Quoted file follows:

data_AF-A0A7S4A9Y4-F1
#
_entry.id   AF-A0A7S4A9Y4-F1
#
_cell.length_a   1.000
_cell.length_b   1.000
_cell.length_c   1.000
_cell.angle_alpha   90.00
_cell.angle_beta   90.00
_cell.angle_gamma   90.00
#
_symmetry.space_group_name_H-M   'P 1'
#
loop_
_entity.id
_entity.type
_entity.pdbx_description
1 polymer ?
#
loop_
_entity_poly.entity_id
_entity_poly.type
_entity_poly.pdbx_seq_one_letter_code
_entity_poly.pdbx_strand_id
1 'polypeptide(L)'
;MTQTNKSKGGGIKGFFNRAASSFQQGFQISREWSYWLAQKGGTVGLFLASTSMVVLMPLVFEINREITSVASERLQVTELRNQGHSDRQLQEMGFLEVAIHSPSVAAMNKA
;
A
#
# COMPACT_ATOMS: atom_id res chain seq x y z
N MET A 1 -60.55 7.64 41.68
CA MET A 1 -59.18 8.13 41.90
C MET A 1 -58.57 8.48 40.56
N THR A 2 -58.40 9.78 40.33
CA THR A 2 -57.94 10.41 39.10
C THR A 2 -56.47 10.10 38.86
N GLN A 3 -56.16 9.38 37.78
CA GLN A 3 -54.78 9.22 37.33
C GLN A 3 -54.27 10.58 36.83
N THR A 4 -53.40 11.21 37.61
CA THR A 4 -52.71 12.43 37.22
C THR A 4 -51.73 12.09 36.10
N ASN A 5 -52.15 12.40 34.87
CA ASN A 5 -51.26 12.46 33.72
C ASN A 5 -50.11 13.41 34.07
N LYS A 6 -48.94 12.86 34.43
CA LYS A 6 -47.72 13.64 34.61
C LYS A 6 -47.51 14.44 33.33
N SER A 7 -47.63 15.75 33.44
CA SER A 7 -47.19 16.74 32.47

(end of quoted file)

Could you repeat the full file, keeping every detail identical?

data_AF-A0A7S4A9Y4-F1
#
_entry.id   AF-A0A7S4A9Y4-F1
#
_cell.length_a   1.000
_cell.length_b   1.000
_cell.length_c   1.000
_cell.angle_alpha   90.00
_cell.angle_beta   90.00
_cell.angle_gamma   90.00
#
_symmetry.space_group_name_H-M   'P 1'
#
loop_
_entity.id
_entity.type
_entity.pdbx_description
1 polymer ?
#
loop_
_entity_poly.entity_id
_entity_poly.type
_entity_poly.pdbx_seq_one_letter_code
_entity_poly.pdbx_strand_id
1 'polypeptide(L)'
;MTQTNKSKGGGIKGFFNRAASSFQQGFQISREWSYWLAQKGGTVGLFLASTSMVVLMPLVFEINREITSVASERLQVTELRNQGHSDRQLQEMGFLEVAIHSPSVAAMNKA
;
A
#
# COMPACT_ATOMS: atom_id res chain seq x y z
N MET A 1 -60.55 7.64 41.68
CA MET A 1 -59.18 8.13 41.90
C MET A 1 -58.57 8.48 40.56
N THR A 2 -58.40 9.78 40.33
CA THR A 2 -57.94 10.41 39.10
C THR A 2 -56.47 10.10 38.86
N GLN A 3 -56.16 9.38 37.78
CA GLN A 3 -54.78 9.22 37.33
C GLN A 3 -54.27 10.58 36.83
N THR A 4 -53.40 11.21 37.61
CA THR A 4 -52.71 12.43 37.22
C THR A 4 -51.73 12.09 36.10
N ASN A 5 -52.15 12.40 34.87
CA ASN A 5 -51.26 12.46 33.72
C ASN A 5 -50.11 13.41 34.07
N LYS A 6 -48.94 12.86 34.43
CA LYS A 6 -47.72 13.64 34.61
C LYS A 6 -47.51 14.44 33.33
N SER A 7 -47.63 15.75 33.44
CA SER A 7 -47.19 16.74 32.47